CMU 15-112: Fundamentals of Programming and Computer Science
Carnegie Mellon University
Fall 2016

Units 12
Department Computer Science
Prerequisites None
Description A technical introduction to the fundamentals of programming with an emphasis on producing clear, robust, and reasonably efficient code using top-down design, informal analysis, and effective testing and debugging. Starting from first principles, we will cover a large subset of the Python programming language, including its standard libraries and programming paradigms. We will also target numerous deployment scenarios, including standalone programs, shell scripts, and web-based applications. This course assumes no prior programming experience. Even so, it is a fast-paced and rigorous preparation for 15-122. Students seeking a more gentle introduction to computer science should consider first taking 15-110. NOTE: students must achieve a C or better in order to use this course to satisfy the pre-requisite for any subsequent Computer Science course.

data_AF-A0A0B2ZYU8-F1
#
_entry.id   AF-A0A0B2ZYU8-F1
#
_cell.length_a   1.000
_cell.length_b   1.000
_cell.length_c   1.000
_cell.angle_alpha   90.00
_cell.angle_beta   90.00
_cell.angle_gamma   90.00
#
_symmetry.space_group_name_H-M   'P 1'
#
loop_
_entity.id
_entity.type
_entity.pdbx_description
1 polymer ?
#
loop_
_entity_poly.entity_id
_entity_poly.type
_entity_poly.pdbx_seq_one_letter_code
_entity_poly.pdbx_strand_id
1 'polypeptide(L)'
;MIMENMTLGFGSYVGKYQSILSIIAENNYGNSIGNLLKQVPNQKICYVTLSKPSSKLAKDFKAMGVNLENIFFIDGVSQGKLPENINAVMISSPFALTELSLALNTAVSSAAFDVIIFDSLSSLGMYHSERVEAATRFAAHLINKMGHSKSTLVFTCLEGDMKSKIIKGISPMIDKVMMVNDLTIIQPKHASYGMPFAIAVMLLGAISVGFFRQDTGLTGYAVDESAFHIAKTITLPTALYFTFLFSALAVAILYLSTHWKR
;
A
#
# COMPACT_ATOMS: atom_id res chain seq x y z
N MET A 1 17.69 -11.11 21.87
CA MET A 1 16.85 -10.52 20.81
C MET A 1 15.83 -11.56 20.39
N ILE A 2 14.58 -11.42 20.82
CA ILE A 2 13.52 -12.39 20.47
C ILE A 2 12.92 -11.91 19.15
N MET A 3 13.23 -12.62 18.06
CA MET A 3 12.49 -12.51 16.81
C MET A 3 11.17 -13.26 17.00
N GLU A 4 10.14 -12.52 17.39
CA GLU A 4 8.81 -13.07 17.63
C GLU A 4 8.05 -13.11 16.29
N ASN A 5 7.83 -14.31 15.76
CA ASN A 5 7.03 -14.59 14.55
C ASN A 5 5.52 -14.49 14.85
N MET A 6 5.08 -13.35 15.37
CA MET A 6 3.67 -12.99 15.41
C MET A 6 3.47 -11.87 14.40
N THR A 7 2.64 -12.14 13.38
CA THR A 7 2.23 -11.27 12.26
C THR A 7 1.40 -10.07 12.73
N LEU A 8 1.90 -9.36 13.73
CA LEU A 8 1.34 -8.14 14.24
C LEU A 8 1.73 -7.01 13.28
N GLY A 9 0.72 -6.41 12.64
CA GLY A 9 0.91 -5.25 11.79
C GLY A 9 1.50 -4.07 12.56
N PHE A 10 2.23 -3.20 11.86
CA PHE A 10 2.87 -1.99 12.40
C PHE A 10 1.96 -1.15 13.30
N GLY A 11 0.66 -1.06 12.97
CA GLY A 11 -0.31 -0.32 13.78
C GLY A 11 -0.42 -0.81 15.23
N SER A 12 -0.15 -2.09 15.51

• Develop computational problem-solving skills using Python as a tool to be applied to new problems, especially in the student's home academic discipline
  • Produce clear, robust, and efficient code in Python by
    • employing modular, top-down design
    • using sequential, conditional, and loop statements where appropriate
    • using strings, lists, tuples, and dictionaries where appropriate
    • using objects and classes where appropriate
    • integrating recursive functions where appropriate
    • proactively designing and writing test cases to effectively test and debug code
  • Develop an effective programming style based on established standards, practices, and guidelines
  • Describe the difference between programming and Computer Science, and gain exposure to some of the Big Ideas of Computer Science (e.g., Computability)
  • Explain and analyze the efficiency of algorithms by:
    • proving the running time (Big-O) of various well-known searching and sorting algorithms
    • determining (not proving) the running time (Big-O) of a small piece of code
    • describing the difference between small code optimizations and more substantive algorithmic optimizations
  • Design and implement event-based graphical animations
  • Develop and write a substantial (500-1500 line) program in Python to implement a solution to a term project of their choosing over three to four weeks